Farewells are rarely joyful. At best, they are bitter-sweet. Bitter because departure pains the heart. Sweet because only through the departure, a kind of letting go, actually, is it possible that something new will emerge. How many countless parents have felt the bitter-sweet experience of leaving their child behind in a kindergarten classroom, or waving goodbye to them as they depart for college? In the loss, there is promise.
I think the disciples felt this way and more acutely so. As they heard Jesus deliver his farewell to them, grief filled their hearts. In their pain, they could not understand what Jesus meant by his words “A little while, and you will no longer see, and again a little while, and you will see me.” In their confusion they asked: “What does he mean by all this?”
Jesus explained in the best way he knew, through the imagery of a woman in labor.
“When a woman is in labor, she has pain, because her hour has come, but when her child is born, she no longer remembers the anguish because of the joy of having brought a human being into the world” (Jn 16:21).
But, Jesus didn’t stop there. He added a promise.
“So, you have pain now; but I will see you again, and your hearts will rejoice, and no one will take your joy from you” (Jn 16:22).
Did the disciples hear what Jesus was trying to tell them? Do we? In using the “woman in labor imagery,” Jesus was tapping into a rich prophetic tradition of hope and promise. Women’s labor pains were frequently used by the prophets as a metaphor for painful times signaling the coming of end-time salvation through a messiah. The Judaism in Jesus’ times had even coined a term, “the birth pains of the messiah,” to describe the tribulation they expected would precede the end-times and the coming of the messiah.
Jesus, in other words, was telling his disciples to cling to his promise. With the crucifixion of Jesus, they would grieve with the pains of a woman in labor. But on the third day, the disciples would see Jesus on the other side of the cross, at this resurrection. And as he promised, their grief became joy, an eschatological joy. Through the Holy Spirit, Jesus would lead his disciples into a new and intimate relationship with God.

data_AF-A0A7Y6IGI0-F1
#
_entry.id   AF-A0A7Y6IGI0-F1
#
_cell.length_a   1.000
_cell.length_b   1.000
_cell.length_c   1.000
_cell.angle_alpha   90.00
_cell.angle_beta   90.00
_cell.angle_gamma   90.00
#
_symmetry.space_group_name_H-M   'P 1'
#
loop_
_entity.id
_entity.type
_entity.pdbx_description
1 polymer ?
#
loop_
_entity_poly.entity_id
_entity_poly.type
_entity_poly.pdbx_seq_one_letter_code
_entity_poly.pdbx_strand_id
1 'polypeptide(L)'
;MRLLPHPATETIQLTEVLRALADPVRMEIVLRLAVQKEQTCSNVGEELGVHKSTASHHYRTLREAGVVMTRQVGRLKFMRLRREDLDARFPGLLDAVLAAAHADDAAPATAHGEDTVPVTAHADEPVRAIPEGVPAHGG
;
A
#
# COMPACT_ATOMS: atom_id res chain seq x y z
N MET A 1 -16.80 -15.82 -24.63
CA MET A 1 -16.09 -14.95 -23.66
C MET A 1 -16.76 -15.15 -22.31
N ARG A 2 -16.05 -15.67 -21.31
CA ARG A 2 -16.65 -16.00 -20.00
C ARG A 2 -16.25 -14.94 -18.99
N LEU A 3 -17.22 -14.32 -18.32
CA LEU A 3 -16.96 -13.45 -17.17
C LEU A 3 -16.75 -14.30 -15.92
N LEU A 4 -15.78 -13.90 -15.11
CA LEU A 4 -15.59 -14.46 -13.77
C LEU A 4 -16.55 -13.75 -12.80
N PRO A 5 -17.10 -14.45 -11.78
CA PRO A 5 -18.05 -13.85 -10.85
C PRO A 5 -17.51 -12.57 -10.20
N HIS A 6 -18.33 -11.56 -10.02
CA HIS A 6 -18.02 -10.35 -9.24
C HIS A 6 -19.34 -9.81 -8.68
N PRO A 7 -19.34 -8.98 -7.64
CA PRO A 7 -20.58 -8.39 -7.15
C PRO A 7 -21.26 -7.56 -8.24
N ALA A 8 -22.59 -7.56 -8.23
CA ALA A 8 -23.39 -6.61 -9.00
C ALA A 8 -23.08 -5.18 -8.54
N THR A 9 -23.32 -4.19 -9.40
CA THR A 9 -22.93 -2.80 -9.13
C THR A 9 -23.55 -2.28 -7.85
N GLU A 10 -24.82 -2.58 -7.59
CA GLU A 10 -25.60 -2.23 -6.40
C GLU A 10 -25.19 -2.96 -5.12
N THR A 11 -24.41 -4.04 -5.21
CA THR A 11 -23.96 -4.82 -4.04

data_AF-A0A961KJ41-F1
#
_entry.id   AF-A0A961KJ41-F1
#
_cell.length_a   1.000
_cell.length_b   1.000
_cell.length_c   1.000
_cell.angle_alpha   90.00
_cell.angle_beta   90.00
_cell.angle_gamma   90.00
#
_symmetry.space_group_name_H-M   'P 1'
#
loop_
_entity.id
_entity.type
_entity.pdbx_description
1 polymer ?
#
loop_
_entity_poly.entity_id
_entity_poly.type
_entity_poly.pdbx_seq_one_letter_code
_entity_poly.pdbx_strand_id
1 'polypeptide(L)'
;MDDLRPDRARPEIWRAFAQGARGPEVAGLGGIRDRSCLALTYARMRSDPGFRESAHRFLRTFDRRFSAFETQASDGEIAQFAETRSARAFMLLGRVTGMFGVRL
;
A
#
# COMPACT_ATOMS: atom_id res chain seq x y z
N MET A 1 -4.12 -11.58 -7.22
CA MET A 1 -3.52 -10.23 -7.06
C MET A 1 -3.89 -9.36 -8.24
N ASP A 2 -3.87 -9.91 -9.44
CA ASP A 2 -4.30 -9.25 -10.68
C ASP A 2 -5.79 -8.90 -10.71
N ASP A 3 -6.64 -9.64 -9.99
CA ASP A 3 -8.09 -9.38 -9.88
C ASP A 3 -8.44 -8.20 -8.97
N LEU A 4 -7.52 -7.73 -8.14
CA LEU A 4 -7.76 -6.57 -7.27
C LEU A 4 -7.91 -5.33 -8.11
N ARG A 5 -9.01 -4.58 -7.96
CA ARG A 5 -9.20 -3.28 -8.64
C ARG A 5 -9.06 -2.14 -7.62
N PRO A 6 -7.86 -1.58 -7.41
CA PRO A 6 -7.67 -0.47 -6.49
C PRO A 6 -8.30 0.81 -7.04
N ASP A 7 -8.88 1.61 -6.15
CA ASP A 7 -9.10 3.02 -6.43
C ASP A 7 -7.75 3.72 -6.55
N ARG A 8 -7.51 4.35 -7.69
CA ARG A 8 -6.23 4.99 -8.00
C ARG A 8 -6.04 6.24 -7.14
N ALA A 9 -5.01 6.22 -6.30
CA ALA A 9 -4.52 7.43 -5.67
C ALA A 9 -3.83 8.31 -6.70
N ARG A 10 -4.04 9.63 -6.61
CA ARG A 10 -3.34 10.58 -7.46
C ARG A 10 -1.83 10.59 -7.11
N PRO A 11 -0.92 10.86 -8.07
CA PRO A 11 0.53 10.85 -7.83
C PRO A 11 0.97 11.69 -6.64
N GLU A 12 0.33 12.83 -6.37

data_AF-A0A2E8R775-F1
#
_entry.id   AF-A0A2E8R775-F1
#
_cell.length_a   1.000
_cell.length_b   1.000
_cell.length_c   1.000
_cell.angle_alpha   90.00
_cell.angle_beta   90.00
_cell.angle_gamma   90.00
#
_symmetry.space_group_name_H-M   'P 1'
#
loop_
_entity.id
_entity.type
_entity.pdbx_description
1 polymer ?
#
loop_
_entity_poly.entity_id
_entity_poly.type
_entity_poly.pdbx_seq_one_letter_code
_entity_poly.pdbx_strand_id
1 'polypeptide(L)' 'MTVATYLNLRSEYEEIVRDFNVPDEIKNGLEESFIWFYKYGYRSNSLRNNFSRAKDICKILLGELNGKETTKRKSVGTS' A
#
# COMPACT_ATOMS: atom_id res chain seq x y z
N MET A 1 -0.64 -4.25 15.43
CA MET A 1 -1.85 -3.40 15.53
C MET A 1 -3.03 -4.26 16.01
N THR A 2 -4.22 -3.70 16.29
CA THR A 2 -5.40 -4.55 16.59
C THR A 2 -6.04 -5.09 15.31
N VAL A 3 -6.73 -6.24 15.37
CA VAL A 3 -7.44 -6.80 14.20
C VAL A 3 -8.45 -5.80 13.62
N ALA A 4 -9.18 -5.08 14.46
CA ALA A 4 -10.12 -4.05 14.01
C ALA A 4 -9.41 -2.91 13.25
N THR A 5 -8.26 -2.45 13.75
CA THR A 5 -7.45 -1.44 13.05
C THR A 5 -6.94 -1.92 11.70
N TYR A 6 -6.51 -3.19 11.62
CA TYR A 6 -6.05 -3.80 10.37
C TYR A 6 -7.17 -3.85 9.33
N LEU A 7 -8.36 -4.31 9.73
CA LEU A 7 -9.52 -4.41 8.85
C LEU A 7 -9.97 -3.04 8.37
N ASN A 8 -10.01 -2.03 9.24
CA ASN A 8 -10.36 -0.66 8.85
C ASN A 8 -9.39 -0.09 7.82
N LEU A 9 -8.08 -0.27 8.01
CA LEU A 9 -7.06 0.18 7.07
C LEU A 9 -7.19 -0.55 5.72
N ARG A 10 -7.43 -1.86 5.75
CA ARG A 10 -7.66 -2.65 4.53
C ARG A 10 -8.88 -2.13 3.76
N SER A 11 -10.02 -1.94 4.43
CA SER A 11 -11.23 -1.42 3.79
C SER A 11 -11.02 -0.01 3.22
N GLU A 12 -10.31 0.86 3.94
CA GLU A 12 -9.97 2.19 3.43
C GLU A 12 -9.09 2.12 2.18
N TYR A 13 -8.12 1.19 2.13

We, the people of God, have grieved through Good Friday, have awaited expectantly through the depths of Holy Saturday, and rejoiced on Resurrection Sunday. For us, a farewell is on the horizon; the departure, the Ascension of Christ to the Father. The Church calls us to prepare for it.
We live in the end times. But in the meantime, there is no time for passivity. The fiery Holy Spirit, on Pentecost Sunday, will see to that. We have work to do. A world to repair. The hungry to feed. The homeless to shelter. The naked to clothe. The grieving to comfort. The lonely to touch. We live in broken, turbulent times, amid “the birth pains of the Messiah.” Even as we rejoice in Christ’s resurrection, we wait in expectation for the Second Coming of the Lord. We, who live in bitter-sweet end-times, cling to the promise.
Deacon Manuel Valencia is on the staff at Mater Dolorosa Passionist Retreat Center, Sierra Madre, California.